These 3 big red flags at work mean you should probably quit that job and move on
"We’ve found people change jobs more frequently and are staying for a shorter amount of time than ever before," Andrew Chamberlain, chief economist at Glassdoor, told Mic.
Companies are keenly aware workers change jobs often. They'll try everything to hold onto star talent, from raising an employee's salary to offering a new position or promotion.
Some even deploy technology to sneakily track job-hunting employees. From monitoring swipes of your ID badge to censoring job websites on company computers, managers want to know if you're thinking about leaving, according to Harvard Business Review.
But what might prompt you to leave in the first place? Here are three major red flags that could be signs it is time to get out of a job — and to find a new one.
1. No (or limited) upward mobility
The longer you spend in your role at work, the more likely you are to quit. In fact, for every 10 months you stagnate in the same position, you're 1% more likely to quit your job, according to Glassdoor.
How do you know if you're stuck in a dead-end job? The signs include having a rigid job description, encountering roadblocks with your ideas to grow the company and finding limited opportunities for advancement, Forbes reported.
"Employees should plan to move to the next role within the first year or two at the most," Chamberlain said. "If you find yourself stagnating, reconsider the company."
2. Bad company culture
If you're ashamed to work for a company that isn’t aligned with your personal views, you probably won’t want to stay long.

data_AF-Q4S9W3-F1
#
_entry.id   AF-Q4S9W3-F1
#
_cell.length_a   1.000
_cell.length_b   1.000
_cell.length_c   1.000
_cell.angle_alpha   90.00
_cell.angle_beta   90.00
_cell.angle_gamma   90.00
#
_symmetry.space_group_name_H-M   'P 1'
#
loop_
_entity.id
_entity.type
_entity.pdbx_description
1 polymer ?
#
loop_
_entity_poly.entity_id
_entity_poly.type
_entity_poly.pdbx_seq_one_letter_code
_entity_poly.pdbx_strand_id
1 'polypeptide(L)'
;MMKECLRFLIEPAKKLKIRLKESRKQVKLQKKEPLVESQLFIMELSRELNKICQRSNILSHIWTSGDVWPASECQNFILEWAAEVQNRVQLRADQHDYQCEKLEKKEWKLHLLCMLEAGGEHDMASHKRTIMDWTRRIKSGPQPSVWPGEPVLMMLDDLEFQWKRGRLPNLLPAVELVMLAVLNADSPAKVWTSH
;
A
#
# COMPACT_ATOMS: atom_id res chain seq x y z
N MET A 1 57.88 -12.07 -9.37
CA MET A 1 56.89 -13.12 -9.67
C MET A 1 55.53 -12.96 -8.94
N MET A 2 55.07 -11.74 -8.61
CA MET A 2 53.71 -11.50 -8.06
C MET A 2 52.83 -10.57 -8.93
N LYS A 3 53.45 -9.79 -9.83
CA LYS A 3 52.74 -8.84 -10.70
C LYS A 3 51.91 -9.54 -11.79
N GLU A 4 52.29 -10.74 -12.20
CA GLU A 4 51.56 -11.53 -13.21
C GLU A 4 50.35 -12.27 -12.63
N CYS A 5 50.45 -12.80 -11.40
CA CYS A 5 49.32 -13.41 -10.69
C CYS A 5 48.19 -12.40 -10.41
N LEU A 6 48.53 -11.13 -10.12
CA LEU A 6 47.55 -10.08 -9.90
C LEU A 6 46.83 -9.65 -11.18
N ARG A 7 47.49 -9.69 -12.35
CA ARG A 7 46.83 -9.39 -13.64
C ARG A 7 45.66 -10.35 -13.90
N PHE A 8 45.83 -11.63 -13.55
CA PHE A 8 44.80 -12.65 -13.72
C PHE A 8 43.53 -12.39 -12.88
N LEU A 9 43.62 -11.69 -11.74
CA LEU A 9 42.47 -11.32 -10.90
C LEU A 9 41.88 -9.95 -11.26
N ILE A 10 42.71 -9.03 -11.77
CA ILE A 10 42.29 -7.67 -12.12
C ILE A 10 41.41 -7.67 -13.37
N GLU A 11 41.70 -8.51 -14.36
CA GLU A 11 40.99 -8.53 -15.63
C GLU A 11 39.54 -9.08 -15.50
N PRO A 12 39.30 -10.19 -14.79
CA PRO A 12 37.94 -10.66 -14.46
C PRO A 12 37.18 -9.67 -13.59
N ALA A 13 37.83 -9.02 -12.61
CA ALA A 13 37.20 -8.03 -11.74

"Most people want to work for a company that shares in their same beliefs," Chamberlain said. "Is the employer doing something good for the world and has a positive mission? For example, some people feel closely aligned working for a company like the Sierra Club because of their passion for the environment, or Google, because this company provides higher connectivity to the world."
Interestingly, work-life balance, senior leadership and employee benefits seem to have less impact on whether people quit their jobs.
"While work-life balance is a priority for most workers, it doesn't seem to be as important as career mobility and culture," Chamberlain added.
3. No raises
"Show me the money" is a motivating factor for most employees, so if you haven’t gotten a raise in a while, you're probably looking for a company that will pay you what you think you're worth. A 10% raise in pay increases the likelihood an employee will stay with a company by 1.5%, Glassdoor found.
If your boss hasn't offered, ask for a raise — the right way. Although it can be awkward, being an achiever, taking on any task with a smile and demonstrating a desire to learn and grow with your employer should put you in a better position to get that pay increase.
Here's how to quit the right way
If you're determined to quit your job for something better, do your research before you leave, Chamberlain said.
"Read online reviews about the company you are thinking about joining and read more than one or two," he said. "Have a solid picture of the new company, because reviews can tell you if it's the kind of company that offers mobility or is a culture that works best for you."
If changing jobs means moving to a new location, contemplate the different costs of living differences between your current location and the new city, as well as moving expenses. Remember that moving for a new job can be deductible on your taxes.
"Of course, before you decide you are going to leave, try to negotiate a better deal or a way to make your current job your dream job," Chamberlain said. "If it doesn’t work, then you and your employer can arrive at a mutual agreement that this is not the right fit."
Once you have decided to leave, get ready for tough conversations. When you officially give notice, make sure you do so in a professional and courteous manner — burning bridges will only burn your career in the long run.
Giving 30 days' notice is a gracious amount of time if you're working in a senior or technical position.
"However, for nontechnical or junior roles, the traditional two-week leave notice is sufficient," Chamberlain said.
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